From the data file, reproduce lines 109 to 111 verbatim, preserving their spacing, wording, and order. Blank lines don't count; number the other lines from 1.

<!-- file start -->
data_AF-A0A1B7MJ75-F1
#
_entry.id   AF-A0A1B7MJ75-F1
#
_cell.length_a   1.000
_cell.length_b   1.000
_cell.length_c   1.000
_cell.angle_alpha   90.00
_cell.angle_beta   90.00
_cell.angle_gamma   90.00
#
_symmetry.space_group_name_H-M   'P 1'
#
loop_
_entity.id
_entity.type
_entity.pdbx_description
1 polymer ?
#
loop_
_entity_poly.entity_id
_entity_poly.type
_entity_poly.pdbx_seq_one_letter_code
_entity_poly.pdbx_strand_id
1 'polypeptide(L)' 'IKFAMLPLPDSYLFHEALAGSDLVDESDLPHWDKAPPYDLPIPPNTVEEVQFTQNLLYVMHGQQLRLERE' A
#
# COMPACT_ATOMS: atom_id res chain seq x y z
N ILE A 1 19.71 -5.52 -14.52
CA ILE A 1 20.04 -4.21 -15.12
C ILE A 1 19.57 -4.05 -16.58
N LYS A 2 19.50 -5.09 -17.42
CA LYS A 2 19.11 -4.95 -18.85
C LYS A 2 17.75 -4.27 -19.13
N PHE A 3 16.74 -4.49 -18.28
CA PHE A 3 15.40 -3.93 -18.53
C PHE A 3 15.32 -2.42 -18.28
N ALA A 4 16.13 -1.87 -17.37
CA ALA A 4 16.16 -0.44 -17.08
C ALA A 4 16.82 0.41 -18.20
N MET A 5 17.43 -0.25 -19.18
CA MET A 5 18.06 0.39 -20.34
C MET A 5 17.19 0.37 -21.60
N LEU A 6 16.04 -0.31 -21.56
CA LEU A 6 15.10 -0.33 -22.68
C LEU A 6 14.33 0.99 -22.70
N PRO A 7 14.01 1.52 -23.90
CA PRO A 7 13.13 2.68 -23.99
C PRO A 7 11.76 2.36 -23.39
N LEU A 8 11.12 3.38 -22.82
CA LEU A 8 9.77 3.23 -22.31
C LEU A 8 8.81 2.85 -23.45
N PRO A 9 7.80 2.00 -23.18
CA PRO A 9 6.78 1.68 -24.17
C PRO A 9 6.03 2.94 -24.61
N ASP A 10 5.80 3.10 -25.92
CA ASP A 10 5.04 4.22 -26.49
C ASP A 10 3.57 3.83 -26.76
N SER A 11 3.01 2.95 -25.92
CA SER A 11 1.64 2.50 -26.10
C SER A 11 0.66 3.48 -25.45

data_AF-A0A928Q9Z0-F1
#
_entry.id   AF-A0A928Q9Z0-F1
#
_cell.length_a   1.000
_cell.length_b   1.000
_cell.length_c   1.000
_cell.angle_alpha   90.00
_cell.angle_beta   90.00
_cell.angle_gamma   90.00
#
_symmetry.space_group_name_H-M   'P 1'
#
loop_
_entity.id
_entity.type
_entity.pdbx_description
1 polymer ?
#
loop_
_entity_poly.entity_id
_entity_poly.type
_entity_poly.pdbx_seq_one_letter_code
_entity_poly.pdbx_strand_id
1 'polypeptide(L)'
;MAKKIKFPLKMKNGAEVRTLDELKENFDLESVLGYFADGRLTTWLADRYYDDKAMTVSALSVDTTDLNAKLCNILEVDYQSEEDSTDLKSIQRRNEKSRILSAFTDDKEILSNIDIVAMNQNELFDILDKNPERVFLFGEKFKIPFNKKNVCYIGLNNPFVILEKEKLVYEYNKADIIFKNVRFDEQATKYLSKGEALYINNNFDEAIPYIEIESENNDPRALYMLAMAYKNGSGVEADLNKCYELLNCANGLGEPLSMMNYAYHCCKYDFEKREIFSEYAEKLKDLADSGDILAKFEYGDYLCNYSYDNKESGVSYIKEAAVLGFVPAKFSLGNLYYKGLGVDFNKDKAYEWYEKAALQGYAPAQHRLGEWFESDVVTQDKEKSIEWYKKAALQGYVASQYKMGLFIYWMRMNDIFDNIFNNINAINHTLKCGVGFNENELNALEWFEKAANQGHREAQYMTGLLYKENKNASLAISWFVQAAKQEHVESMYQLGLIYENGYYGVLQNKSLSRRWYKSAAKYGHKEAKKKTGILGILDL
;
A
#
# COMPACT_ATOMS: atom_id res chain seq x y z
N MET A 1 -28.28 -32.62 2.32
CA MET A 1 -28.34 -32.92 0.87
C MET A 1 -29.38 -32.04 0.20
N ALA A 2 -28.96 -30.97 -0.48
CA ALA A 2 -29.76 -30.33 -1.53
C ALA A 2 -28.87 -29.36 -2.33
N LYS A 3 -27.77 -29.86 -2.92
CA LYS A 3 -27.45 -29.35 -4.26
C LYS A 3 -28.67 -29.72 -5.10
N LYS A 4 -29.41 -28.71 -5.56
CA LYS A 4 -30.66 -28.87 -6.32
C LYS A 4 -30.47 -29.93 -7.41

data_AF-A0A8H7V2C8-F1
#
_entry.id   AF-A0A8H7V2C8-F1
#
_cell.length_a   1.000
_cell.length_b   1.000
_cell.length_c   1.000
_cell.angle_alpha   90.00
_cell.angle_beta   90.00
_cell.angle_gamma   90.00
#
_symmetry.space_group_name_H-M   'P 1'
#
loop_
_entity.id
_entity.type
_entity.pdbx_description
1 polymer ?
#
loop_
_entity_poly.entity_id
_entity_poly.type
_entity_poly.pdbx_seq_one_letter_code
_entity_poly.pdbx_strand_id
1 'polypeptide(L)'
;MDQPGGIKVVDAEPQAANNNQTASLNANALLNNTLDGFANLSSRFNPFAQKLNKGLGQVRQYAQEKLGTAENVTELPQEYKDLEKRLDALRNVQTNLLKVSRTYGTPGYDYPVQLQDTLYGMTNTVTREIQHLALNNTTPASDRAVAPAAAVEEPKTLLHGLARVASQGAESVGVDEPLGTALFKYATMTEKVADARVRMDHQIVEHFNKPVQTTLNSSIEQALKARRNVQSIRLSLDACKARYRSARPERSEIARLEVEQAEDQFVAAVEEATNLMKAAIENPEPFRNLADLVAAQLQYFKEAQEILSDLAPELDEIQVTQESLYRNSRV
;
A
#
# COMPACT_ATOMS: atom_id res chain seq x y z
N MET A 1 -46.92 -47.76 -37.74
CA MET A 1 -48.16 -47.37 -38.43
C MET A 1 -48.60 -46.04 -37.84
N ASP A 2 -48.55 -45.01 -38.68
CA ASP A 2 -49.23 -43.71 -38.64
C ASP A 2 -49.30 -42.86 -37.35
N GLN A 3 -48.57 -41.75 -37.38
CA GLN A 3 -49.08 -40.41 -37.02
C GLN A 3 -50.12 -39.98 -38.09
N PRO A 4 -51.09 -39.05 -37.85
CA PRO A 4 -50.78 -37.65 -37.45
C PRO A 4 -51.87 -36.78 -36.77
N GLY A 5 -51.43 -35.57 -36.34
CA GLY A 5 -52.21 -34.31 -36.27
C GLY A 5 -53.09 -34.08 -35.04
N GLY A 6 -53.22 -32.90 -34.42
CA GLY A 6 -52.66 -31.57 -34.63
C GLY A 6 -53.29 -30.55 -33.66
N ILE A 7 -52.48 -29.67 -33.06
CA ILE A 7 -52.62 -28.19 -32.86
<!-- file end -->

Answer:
_cell.length_c   1.000
_cell.angle_alpha   90.00
_cell.angle_beta   90.00